Electrical and Computer Engineering Location: https://virginia.zoom.us/j/7034475746
Add to Calendar 2020-11-25T10:00:00 2020-11-25T10:00:00 America/New_York Doctoral Dissertation Defense for George C. Wilkes Laser Annealing of Carrier-Selective Layers in High-Efficiency Photovoltaic Devices Join Zoom Meeting https://virginia.zoom.us/j/7034475746 Meeting ID: 703 447 5746 Abstract: https://virginia.zoom.us/j/7034475746

Laser Annealing of Carrier-Selective Layers in High-Efficiency Photovoltaic Devices

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https://virginia.zoom.us/j/7034475746

Meeting ID: 703 447 5746

Abstract:

To realize efficient photovoltaic devices, carrier-selective layers are utilized to effectively separate photogenerated charge carriers and collect them at the electrodes. These layers allow the transport of one type of charge carrier while presenting a barrier to the other, preventing recombination within the layer. Typically, in both high-efficiency perovskite and silicon solar cells, carrier-selective layers require high-temperature treatments to achieve enhanced efficiency, which hinders scalability, increases thermal manufacturing budgets, and causes other detrimental effects to the underlying layers. Traditional furnace annealing processes have been used for high-temperature treatment. This work proposes the investigation of high-temperature treatment using short-pulse laser heating to improve photovoltaic device performance, overcome some of the limitations of the furnace annealing process, and generate a fundamental understanding of the laser annealing process.

By utilizing pulsed laser annealing, energy can be injected at short timespans (nanoseconds) with localized energy deposition due to the shallow absorption depth of the laser light wavelength. This prevents the aforementioned detrimental effects by having a lower thermal budget, higher throughput, and increasing the overall device efficiencies. Additionally, laser processing is advantageous due to the ability to control the laser fluence, repetition rate, scan speed, pulse overlap, beam shape, and pulse width, allowing for fine-tuning of laser-material interaction.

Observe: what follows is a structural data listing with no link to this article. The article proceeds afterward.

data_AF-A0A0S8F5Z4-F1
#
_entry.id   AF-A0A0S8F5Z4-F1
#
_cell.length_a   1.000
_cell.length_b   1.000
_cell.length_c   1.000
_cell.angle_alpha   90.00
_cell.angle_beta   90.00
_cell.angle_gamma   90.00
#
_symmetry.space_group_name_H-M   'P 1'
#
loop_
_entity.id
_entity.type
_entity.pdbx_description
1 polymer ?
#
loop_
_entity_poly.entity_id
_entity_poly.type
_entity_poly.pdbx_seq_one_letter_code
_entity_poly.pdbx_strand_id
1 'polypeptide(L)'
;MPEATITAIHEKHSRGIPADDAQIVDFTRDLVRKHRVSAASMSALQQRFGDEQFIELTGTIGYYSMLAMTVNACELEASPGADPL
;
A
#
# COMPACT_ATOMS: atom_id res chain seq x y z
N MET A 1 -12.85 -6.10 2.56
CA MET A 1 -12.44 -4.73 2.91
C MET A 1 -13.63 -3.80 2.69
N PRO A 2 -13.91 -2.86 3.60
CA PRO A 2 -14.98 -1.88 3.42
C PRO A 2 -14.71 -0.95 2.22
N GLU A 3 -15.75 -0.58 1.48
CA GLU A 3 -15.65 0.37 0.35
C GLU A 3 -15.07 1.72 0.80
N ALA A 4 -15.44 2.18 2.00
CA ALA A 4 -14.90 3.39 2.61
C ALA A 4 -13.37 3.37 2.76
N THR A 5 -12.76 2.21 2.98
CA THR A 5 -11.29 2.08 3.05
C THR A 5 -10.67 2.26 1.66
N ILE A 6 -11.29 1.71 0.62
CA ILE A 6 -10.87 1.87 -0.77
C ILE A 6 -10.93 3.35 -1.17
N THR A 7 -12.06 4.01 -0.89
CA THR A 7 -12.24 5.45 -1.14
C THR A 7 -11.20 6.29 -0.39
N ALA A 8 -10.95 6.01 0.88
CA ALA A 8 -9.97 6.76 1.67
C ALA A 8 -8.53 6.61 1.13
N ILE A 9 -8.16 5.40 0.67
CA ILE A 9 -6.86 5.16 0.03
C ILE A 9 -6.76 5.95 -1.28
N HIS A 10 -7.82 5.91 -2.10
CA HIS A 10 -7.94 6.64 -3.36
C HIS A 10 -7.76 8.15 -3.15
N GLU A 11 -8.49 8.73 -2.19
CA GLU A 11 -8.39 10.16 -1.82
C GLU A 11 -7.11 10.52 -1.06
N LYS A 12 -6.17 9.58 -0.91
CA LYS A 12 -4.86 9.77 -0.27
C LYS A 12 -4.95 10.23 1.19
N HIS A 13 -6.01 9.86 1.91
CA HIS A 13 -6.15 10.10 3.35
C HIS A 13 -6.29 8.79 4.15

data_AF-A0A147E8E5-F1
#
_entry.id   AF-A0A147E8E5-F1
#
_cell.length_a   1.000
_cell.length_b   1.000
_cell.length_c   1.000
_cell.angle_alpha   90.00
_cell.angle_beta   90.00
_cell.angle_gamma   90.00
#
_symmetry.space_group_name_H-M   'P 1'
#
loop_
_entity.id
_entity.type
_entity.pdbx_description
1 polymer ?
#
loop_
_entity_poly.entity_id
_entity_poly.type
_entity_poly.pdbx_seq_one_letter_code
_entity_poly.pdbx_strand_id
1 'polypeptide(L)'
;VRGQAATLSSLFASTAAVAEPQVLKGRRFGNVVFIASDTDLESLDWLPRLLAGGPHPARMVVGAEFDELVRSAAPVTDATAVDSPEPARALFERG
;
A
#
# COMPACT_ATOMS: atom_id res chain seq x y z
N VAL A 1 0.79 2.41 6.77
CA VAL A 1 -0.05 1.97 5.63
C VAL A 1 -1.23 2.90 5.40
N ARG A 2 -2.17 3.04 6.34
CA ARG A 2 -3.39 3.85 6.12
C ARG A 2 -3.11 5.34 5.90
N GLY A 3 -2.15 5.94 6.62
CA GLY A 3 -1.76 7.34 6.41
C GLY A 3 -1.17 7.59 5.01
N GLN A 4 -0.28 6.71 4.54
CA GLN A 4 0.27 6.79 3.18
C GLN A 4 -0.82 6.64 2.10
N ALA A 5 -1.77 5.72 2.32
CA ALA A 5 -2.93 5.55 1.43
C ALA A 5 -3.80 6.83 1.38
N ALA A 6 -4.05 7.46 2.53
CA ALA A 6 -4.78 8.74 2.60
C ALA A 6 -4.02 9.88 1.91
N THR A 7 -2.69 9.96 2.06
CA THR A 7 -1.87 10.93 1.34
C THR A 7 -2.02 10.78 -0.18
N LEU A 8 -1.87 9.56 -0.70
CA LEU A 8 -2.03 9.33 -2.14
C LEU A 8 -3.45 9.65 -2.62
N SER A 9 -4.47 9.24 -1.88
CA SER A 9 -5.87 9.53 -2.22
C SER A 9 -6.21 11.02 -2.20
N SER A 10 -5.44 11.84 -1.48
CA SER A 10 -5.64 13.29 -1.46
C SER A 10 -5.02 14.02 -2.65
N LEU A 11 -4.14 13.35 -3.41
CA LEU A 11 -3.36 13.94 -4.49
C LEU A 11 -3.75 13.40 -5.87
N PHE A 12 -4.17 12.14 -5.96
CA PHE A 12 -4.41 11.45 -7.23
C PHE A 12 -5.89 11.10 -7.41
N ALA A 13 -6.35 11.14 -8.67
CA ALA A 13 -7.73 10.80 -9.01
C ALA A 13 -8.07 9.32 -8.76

To achieve this goal, the following research work has been accomplished: (1) investigations on the laser annealing of low-temperature TiO2 electron transport layers (ETLs) for flexible perovskite solar cells, with results published in the ACS Applied Materials & Interfaces journal and (2) investigations of laser annealing for selective activation of dopants and crystallization of a/poly-Si carrier-selective passivating contacts (CSPC) for high-efficiency silicon solar cells and a manuscript has been prepared for submission to the IEEE Journal of Photovoltaics. The main results demonstrate the use of laser raster scanning of the thin layers enables (1) conversion of chemical-solution deposited film to an efficient TiO2 electron transporting layer without damaging underlying flexible substrates and (2) partial crystallization and dopant activation of n+ doped a-Si:H thin films without detrimental effects to the underlying tunnel oxide or bulk wafer.

The proposed plan is to utilize the findings and experience from the above studies to fabricate laser annealed TiOx and MoOx carrier-selective layer-based full Si solar cell devices. These layers will be deposited via a sol-gel method or with low-temperature evaporation and annealed via pulsed laser to hydrolyze, oxidize, crystallize, or otherwise activate the layer for low contact resistance, carrier selectivity, and improved passivation. By utilizing the experience with sol-gel carrier selective TiO2 layers in perovskite solar cells, n+ poly-Si carrier-selective passivating contacts, and laser processing of ultrathin films, this device fabrication goal will be achieved. This proposed area is of widespread interest to the photovoltaic community and essential to improving efficiency and reducing the fabrication cost of photovoltaic devices.

Additional investigations will include: (1) the impact of pulsed laser annealing parameters on the loss of passivation and defect generation in well-passivated silicon solar cells and (2) thru-wafer laser bonding of well-passivated n- and p-type wafers for the purpose of junction formation without significant charge-carrier recombination. The former is necessary to understand the impact of the proposed pulsed laser annealing on the silicon substrate, while the latter is an innovative concept for the formation of Si-based p-n junctions and understanding laser-material interactions.